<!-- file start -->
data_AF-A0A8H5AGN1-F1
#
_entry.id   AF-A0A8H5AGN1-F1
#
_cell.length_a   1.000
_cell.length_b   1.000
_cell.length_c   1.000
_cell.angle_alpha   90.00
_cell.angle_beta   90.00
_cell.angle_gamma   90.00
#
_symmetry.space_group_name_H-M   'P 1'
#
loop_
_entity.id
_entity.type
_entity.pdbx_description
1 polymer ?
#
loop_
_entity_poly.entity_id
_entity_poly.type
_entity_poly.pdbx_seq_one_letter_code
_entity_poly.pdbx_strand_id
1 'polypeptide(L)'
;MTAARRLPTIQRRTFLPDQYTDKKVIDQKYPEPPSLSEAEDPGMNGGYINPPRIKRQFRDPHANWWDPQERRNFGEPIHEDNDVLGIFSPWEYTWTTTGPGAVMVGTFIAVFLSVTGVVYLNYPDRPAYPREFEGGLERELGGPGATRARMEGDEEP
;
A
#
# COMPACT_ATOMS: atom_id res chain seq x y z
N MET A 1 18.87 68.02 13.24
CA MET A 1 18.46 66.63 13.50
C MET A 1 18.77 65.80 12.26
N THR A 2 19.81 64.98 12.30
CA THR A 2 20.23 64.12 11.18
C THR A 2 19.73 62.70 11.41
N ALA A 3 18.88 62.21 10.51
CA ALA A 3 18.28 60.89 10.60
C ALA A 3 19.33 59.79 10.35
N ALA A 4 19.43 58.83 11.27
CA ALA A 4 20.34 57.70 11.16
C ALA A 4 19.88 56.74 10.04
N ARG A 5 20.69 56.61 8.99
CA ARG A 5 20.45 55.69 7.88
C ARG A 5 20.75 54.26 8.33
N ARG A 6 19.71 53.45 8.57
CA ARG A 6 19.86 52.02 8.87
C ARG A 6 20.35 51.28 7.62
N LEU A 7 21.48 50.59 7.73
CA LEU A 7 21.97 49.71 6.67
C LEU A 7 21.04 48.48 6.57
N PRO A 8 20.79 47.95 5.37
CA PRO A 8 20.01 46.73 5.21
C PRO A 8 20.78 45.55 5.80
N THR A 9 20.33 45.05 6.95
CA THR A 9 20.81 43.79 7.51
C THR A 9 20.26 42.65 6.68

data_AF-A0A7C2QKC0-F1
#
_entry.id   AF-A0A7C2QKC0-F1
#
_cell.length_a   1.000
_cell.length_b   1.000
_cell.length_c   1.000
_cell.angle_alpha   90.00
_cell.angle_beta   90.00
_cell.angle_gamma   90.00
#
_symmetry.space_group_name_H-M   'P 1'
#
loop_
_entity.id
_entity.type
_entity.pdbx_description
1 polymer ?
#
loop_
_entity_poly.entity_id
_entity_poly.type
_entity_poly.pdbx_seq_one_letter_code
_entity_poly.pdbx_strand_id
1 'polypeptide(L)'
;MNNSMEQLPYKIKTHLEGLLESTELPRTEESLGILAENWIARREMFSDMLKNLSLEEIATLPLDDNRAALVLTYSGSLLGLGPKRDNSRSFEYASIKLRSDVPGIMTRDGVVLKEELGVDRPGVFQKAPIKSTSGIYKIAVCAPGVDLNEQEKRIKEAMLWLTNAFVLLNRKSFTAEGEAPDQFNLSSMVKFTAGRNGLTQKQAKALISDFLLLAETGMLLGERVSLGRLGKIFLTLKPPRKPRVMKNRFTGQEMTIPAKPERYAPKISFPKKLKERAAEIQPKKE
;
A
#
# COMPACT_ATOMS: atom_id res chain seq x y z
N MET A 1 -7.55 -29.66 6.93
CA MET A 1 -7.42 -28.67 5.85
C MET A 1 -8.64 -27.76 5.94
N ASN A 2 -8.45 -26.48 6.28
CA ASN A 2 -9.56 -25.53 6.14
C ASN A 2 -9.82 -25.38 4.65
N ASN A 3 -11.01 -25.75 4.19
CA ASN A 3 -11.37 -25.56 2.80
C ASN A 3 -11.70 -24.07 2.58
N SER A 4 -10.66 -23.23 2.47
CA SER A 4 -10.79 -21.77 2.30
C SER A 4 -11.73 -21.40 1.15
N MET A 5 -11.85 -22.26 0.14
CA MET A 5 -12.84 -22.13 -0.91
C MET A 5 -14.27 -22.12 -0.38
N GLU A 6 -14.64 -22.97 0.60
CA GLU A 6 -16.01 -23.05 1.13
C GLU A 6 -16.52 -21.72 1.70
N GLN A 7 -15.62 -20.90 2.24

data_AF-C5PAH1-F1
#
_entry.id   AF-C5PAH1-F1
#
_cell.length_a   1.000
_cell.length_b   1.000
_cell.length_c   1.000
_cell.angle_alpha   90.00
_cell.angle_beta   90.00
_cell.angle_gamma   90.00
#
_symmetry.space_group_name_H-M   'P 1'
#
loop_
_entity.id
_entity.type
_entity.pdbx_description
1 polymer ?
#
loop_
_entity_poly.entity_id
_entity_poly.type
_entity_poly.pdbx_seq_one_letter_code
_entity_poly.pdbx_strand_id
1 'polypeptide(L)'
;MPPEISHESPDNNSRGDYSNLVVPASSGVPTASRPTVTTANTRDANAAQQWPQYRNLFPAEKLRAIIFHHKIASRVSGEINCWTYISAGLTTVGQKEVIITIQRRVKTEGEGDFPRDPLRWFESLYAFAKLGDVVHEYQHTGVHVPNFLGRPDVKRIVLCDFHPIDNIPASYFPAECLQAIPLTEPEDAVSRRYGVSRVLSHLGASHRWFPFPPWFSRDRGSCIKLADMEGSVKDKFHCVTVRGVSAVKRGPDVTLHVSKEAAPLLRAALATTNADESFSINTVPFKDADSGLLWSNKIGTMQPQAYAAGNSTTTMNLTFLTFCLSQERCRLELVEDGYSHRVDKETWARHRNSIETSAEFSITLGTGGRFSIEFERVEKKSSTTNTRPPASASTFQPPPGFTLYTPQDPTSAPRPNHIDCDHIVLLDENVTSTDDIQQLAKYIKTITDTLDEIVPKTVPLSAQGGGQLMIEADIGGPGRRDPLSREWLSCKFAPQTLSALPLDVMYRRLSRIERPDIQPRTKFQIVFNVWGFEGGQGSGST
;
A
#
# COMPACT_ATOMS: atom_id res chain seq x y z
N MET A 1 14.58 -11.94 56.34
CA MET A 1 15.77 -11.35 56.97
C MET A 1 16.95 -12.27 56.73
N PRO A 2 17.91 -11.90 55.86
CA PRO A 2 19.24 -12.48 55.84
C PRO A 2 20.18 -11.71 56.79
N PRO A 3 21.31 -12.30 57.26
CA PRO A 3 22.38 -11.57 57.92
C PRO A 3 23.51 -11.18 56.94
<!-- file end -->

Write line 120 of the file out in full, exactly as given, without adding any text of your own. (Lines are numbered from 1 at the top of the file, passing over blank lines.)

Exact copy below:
loop_